Thursday, 30 April 2015

Dislocating the Powerhouse

Powerhouse Museum, April 1988. The Museum of Applied Arts and Sciences' Powerhouse Museum venue shortly after its opening.
Museum of Applied Arts and Sciences (00219141)

On 26 November 2014, following months of rumour and speculation, the premier of New South Wales, Mike Baird, announced that Sydney's Museum of Applied Arts and Sciences (MAAS) was to be relocated from its current Ultimo venue, the Powerhouse Museum, to Parramatta, a suburban centre some 23 kilometres west of Sydney's CBD, where it would become part of an 'arts precinct' based around the somewhat grim, architecturally undistinguished, former premises of the King's School, dating from 1834. Baird was quoted as stating that moving the state's museum of design and technology from an inner city locale to a suburban hinterland was ‘an amazing opportunity and I think it shows we need to, think well beyond the CBD of Sydney; we need to spread these opportunities across the city.' The current site of the museum, the listed former Ultimo Power Station will be sold to developers and the proceeds used to part-fund an un-costed move of the museum's collection and a new building.
Old King's School – Parramatta, NSW (2012). Ambrose Hallen's original two-storeyed building of 1834 was significantly modified over the 130 years
it served as a private Anglican boys' school. Following its acquisition in 1968 by the the Askin coalition administration it was
repurposed as the Marsden Rehabilitation Centre for intellectually handicapped children.
In the lead-up to the March state election the Baird administration revealed further details of the planned shift and stated that all the funds gained from the sale of the museum site, envisaged in the region of $150-200 million, would be returned to the museum and that it would allocate $10 million 'to develop a business case for the Museum's relocation to ensure it remains the interactive and vibrant place enjoyed by children and families.' The announcement was greeted with enthusiasm by News Corp Australia newspapers with its populist Sydney tabloid the Daily Telegraph enthusing that it was 'Fair go for the West'. A grateful lord mayor of Parramatta declared the move 'visionary' and opined it would 'be a huge boost to local tourism and further cement the City's growing reputation as a major arts and cultural centre'. 

There are a number of reasons behind this proposal, not least the fact that the current conservative coalition state government's majority in the NSW Legislative Assembly was dependent on it winning a number of key western Sydney electorates. But the proposal is more than a cynical 'bread and circuses' move; it's also about the perceived failure of the Powerhouse Museum, a project sponsored by an Australian Labor Party administration that opened in the former Ultimo Power Station in March 1988. In the 27 years since the museum – recently re-branded with its official title – re-opened it has been presided over by five directors (Dr Lindsay Sharp, Terence Measham, Dr Kevin Fewster, Dawn Casey and Rose Hiscock), funding has diminished and visitor numbers have collapsed significantly. In the financial year 1988-1989, the year after it opened, the Powerhouse received state government funding of $24 million ($98 million in 2014 terms) and in the 2013-2013 financial year $28 million, a decrease of around 252%. In 1989-90, its first full year of operation, the Powerhouse attracted 2,112,001 visitors; in the 2013-2014 financial year only 381,582 visitors were recorded. On an annualised basis this represents a drop of some 82% since the museum opened.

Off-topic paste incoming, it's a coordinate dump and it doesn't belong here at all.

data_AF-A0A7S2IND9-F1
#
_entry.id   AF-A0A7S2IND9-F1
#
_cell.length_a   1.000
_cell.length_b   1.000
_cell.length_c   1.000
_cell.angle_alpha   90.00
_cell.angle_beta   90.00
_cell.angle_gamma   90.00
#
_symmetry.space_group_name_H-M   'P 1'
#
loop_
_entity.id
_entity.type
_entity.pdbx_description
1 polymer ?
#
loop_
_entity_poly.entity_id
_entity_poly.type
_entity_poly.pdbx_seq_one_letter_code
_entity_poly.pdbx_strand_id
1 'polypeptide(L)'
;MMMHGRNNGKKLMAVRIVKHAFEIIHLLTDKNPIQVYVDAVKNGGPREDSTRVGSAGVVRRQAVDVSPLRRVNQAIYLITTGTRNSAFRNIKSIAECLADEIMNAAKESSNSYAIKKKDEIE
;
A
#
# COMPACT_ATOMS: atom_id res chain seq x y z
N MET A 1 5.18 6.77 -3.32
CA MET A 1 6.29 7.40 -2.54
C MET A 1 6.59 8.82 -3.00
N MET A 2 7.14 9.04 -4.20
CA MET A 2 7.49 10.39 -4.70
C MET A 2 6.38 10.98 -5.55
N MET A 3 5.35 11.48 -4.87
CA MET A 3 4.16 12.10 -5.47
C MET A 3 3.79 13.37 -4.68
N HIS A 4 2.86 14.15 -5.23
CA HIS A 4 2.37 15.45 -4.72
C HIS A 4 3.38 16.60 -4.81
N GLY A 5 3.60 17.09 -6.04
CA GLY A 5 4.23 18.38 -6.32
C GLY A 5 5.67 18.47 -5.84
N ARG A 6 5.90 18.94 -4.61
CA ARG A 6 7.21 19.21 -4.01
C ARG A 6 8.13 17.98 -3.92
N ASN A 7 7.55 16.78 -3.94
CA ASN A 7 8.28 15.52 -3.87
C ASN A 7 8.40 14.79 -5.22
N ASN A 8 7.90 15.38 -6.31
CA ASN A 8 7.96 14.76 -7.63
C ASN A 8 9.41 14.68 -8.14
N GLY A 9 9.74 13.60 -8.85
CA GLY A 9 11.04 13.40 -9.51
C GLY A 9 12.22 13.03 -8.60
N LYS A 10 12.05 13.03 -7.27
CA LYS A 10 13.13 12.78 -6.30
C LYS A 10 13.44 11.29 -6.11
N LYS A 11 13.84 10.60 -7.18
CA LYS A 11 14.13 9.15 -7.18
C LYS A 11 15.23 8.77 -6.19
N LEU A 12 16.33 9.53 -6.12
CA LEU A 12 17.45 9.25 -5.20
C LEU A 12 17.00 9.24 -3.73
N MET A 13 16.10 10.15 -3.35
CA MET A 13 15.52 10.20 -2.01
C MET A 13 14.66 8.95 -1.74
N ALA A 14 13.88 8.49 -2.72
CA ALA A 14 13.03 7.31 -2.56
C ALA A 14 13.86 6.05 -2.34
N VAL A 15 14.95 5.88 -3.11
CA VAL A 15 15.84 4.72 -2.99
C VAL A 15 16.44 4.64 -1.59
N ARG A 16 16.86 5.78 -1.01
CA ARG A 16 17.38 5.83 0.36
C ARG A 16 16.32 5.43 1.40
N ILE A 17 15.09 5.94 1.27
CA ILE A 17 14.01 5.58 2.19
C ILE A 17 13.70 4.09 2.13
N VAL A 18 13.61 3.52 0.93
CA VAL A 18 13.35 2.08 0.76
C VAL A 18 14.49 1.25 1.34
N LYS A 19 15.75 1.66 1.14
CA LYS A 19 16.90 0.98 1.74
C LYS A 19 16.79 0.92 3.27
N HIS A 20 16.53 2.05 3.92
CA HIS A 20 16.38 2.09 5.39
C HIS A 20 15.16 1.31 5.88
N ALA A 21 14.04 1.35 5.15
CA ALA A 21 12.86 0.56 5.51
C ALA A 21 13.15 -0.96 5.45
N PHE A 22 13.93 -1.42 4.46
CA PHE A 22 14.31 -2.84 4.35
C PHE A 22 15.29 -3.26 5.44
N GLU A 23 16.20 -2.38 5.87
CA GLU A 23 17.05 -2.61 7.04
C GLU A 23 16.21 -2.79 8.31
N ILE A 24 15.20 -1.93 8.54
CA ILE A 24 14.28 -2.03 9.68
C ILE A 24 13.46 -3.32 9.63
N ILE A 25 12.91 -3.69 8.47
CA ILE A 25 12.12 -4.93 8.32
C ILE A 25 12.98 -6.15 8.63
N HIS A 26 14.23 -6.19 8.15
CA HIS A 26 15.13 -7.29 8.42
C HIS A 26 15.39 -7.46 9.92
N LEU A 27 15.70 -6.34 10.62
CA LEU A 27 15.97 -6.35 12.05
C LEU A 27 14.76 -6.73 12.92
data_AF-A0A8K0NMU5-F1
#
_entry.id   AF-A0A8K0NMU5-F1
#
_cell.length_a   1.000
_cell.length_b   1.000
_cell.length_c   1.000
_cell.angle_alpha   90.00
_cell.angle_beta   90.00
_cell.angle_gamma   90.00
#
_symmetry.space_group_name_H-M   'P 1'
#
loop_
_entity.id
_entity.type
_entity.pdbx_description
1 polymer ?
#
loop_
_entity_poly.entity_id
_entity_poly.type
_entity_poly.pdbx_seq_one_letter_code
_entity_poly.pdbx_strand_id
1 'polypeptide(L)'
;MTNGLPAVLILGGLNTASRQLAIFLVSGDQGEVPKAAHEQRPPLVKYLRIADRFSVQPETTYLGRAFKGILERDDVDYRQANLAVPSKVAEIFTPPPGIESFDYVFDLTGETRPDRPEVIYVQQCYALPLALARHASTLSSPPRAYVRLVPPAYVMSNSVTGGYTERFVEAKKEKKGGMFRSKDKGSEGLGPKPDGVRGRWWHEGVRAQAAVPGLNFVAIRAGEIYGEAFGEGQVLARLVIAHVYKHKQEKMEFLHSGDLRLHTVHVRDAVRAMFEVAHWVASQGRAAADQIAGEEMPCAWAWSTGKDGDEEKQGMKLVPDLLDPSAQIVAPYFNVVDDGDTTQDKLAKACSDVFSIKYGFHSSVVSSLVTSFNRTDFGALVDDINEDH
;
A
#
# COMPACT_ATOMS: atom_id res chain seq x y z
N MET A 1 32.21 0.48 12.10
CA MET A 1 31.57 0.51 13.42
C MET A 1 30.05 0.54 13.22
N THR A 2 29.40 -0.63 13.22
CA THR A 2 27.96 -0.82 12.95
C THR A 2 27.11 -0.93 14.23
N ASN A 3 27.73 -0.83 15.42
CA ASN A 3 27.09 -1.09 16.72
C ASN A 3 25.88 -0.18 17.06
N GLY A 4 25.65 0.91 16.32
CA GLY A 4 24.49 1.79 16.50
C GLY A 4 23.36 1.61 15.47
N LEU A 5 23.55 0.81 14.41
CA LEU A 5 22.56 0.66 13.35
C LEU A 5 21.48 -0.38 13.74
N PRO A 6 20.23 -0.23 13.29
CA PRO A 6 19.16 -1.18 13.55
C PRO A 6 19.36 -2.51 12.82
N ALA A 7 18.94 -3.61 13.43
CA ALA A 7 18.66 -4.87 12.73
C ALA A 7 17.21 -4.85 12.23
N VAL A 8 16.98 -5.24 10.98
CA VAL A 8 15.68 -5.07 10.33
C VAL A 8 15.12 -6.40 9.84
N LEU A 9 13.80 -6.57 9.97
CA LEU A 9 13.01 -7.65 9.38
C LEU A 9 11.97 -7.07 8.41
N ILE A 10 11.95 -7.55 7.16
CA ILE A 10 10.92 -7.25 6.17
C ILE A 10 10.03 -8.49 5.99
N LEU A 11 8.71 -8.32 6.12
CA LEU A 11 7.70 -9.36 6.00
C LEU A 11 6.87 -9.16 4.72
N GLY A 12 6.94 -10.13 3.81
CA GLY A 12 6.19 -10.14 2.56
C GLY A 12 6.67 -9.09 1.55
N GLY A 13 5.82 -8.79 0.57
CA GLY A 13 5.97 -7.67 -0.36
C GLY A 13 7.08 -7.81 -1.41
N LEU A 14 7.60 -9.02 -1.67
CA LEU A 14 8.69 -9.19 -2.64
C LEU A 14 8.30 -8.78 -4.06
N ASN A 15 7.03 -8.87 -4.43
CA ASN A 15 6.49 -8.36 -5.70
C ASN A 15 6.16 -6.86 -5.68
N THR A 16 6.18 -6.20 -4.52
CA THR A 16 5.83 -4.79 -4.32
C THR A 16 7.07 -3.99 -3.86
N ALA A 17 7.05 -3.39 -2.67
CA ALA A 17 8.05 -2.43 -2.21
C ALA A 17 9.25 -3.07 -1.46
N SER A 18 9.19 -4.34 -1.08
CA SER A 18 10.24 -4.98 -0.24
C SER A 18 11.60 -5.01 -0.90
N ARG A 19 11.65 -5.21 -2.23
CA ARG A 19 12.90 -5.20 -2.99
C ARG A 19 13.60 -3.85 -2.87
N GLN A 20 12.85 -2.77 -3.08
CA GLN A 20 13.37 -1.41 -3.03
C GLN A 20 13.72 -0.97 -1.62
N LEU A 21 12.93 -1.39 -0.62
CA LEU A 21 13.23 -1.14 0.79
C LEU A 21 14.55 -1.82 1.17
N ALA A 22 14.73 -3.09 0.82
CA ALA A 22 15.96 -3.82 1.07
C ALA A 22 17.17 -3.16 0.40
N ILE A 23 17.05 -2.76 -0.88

Charles Bayliss (1850-1897), The International Exhibition, from Lady Macquarie's Chair, [1879-1880].
State Library of NSW (SPF/265)

MAAS is one of the two institutional legacies of the Sydney International Exhibition of 1879-1880; the other was the Art Gallery of NSW (AGNSW). Conceived by the progressive administration of Henry Parkes in late 1878 and opening in September 1879 in the colonial architect James Barnet's  gargantuan wooden Garden Palace located in Sydney's Royal Botanic Garden, the exhibition was undoubtedly the city's single most spectacular event during the nineteenth century. Following its closure seven months later, the trustees of the Australian Museum  – which had been established in 1827 'with the aim of 'collecting many rare and curious specimens of natural history' – agreed to establish a branch museum within the Garden Palace based around a collection formed initially from a selection of the manufactured commodities shown at the exhibition. The institution was known as the Technological, Industrial and Sanitary Museum and its formation mirrored the establishment of similar museums around the world from the London-based Museum of Manufactures, which evolved into the Victoria and Albert and Science Museums (Great Exhibition of the Works of Industry of All Nations,1851) to Kunstindustrimuseet, now Designmuseum Danmark (Den Nordiske Industri-, Landsbrugs- og Kunstudstilling, 1888). In the first of many setbacks that would befall the museum it was destroyed before it opened to the public when the Garden Palace was consumed in a spectacular conflagration in September 1882.